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Scaling Intelligent Trademark Analysis

Scaling intelligent trademark analysis from prototype to production:

On Monday, I gave a presentation titled 'Scaling Intelligent Trademark Analysis from Prototype to Production: From MOSONG to Onomatics Quick Search' at the First International Workshop on Artificial Intelligence and IP Law (AIIP, see CfP and programme) arranged at the JURIX 2012 conference and supported by CREATe. Here is the abstract:

MOSONG is a high-fidelity model of legal decision-making in cases involving trademark similarity (likelihood of confusion) in EU law using type-2 fuzzy logic. The work done on MOSONG has also laid the foundation for the intelligent trademark analysis system developed by Onomatics, Inc., launched online in September 2012. There are however also many crucial differences between these two. For example, MOSONG still relies highly on the human element, that is, the correctness of its results is dependent on the domain knowledge of the user in addition to that embedded in the system, as evidenced by experimental testing on a large number of non-expert users. Using the Onomatics system, on the other hand, does not require any specific legal skills. This paper outlines this aspect and some of the other differences, which may be of broader interest as the steps necessary for transforming an academic proof-of-concept prototype into a marketable software product. The differences in the automated quantitative testing process for both systems are also highlighted.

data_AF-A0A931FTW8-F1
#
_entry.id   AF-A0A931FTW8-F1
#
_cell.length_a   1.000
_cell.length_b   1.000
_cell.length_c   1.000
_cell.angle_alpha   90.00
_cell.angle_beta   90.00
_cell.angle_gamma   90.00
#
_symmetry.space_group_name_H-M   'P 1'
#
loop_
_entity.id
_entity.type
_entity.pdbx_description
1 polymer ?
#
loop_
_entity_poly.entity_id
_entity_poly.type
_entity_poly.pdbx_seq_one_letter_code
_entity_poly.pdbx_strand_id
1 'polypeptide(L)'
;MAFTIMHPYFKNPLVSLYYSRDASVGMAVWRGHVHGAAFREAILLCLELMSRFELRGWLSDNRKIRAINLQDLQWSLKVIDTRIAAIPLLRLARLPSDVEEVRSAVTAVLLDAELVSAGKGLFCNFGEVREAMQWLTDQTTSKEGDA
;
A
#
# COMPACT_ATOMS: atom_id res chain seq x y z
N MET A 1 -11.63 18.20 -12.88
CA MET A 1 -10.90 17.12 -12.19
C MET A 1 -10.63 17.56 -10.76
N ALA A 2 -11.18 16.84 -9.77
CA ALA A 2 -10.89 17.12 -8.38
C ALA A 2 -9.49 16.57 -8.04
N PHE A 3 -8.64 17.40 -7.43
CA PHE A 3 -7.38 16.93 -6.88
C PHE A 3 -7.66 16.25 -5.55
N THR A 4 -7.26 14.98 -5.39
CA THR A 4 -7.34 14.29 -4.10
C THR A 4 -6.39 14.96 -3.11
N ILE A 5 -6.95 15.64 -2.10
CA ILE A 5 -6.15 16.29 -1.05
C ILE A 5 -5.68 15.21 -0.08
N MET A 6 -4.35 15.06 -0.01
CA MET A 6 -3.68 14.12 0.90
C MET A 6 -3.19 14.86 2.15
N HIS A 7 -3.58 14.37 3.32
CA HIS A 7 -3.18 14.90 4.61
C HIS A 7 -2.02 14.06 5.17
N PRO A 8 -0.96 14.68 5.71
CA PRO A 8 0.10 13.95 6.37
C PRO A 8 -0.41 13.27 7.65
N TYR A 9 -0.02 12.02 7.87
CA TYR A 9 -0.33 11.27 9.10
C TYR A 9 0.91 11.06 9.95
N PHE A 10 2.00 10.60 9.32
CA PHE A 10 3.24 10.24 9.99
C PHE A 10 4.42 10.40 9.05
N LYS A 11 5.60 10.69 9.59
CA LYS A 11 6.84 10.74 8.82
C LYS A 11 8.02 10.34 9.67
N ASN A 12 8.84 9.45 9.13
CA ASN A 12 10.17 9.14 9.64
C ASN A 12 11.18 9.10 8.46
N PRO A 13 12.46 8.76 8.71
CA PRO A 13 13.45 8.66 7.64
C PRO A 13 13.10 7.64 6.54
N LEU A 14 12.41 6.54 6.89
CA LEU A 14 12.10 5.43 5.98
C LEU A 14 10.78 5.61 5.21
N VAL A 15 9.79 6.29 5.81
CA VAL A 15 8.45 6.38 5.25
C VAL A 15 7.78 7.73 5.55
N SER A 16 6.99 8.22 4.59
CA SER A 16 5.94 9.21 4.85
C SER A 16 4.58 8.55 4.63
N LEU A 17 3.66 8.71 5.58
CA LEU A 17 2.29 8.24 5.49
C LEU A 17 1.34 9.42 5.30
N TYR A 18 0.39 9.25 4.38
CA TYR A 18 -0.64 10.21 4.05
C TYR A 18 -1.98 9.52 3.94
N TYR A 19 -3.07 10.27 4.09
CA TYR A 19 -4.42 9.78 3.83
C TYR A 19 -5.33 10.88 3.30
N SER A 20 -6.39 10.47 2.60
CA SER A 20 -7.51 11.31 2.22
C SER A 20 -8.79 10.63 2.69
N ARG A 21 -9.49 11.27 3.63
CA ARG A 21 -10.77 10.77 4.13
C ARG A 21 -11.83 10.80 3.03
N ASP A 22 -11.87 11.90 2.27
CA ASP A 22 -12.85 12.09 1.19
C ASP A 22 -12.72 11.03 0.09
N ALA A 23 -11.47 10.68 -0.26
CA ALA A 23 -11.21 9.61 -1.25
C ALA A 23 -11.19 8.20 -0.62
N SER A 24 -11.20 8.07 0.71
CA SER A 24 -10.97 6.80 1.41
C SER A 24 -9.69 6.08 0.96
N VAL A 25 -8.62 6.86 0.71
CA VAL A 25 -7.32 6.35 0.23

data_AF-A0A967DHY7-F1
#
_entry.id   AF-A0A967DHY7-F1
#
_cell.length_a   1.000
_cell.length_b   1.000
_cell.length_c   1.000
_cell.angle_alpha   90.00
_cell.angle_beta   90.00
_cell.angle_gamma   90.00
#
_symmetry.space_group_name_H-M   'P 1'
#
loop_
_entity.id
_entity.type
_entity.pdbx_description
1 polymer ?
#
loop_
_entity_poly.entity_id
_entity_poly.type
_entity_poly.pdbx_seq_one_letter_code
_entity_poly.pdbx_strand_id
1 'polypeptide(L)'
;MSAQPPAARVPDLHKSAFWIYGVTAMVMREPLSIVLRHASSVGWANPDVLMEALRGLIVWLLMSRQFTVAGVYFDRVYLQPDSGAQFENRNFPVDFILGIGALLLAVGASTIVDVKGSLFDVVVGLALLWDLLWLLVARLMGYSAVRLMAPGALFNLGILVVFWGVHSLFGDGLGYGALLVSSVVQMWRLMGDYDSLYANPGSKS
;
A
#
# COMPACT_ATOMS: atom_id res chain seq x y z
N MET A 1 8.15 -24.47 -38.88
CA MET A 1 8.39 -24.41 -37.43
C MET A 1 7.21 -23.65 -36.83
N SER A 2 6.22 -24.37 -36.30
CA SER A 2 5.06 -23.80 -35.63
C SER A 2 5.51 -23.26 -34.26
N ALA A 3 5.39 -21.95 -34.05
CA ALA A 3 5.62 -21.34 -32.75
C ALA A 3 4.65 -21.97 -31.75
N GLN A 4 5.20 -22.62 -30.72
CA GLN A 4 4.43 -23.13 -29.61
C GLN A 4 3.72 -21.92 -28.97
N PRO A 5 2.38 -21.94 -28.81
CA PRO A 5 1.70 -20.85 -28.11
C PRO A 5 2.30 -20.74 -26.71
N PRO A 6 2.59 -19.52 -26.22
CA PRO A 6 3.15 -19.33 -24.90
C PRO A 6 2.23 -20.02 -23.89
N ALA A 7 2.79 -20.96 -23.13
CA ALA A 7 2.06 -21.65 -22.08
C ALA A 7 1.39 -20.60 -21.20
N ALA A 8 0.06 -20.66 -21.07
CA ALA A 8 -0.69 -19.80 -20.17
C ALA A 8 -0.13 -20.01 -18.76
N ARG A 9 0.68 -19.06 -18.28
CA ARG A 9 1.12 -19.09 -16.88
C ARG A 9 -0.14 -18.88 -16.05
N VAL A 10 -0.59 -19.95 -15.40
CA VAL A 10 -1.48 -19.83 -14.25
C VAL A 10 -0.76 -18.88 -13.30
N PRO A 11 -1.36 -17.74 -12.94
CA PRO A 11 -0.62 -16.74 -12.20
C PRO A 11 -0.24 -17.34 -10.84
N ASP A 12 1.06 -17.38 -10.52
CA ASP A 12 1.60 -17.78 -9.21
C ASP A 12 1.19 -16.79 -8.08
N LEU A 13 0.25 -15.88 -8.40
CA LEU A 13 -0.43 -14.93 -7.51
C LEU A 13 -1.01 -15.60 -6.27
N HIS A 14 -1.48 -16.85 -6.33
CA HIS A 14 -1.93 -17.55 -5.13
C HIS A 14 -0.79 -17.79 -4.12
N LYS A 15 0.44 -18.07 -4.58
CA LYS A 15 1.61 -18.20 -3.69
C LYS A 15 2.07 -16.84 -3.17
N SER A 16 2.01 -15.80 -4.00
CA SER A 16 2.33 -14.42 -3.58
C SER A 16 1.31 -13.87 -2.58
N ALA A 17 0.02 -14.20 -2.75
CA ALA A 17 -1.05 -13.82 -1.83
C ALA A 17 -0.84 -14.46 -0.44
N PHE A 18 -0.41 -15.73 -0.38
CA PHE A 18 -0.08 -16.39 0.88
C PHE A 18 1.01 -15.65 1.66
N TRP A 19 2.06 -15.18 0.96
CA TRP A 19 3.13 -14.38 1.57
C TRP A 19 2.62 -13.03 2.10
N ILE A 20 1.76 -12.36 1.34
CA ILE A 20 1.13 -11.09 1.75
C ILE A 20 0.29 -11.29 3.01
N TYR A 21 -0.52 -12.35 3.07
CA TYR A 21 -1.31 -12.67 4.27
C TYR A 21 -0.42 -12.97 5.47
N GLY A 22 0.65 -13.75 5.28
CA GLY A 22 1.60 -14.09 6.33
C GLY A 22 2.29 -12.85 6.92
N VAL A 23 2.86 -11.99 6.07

The full papers won't be published until next autumn, but in the meantime you can take a look at my slides. Attendance could have been higher, so if you are an AI & law person looking for an application domain and could use some arguments for why you should choose specifically IP law, in anticipation of the next workshop (probably sometime during the summer), here are the arguments from my last slide once more:

IP law is an excellent legal domain for basic research in legal AI:
  • vague terms like similarity, originality, fair use, prior art in a central role, a challenge far too much ignored in AI & law so far
  • a field of law computer geeks love to hate (and know all too well)
  • based on international treaties: relevant, consistent and easily understandable around the world

And please remember that the workshop is not only for AI research on IP law but also for research in IP law doctrine concerning AI and its applications. (In fact, my own contribution next time around will probably belong to the latter category, for a change.) 


by Anna Ronkainen.